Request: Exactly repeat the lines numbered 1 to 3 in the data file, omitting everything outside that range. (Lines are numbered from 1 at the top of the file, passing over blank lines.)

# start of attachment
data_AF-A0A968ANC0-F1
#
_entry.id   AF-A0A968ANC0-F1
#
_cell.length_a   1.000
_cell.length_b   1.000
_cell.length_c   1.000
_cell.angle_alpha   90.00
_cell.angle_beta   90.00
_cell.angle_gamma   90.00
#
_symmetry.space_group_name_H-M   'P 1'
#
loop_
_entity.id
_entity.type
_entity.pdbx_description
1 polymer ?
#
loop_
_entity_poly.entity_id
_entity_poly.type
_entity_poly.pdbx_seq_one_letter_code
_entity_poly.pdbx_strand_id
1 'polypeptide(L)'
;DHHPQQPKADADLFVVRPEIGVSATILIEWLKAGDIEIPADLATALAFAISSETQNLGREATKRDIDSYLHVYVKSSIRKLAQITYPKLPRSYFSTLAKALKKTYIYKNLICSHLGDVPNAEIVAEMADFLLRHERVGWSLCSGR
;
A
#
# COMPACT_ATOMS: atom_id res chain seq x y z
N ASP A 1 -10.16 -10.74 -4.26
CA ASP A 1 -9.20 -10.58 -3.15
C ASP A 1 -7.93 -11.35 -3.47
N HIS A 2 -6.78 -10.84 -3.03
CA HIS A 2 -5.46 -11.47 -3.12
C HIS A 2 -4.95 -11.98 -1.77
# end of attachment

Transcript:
data_AF-A0A968ANC0-F1
#
_entry.id   AF-A0A968ANC0-F1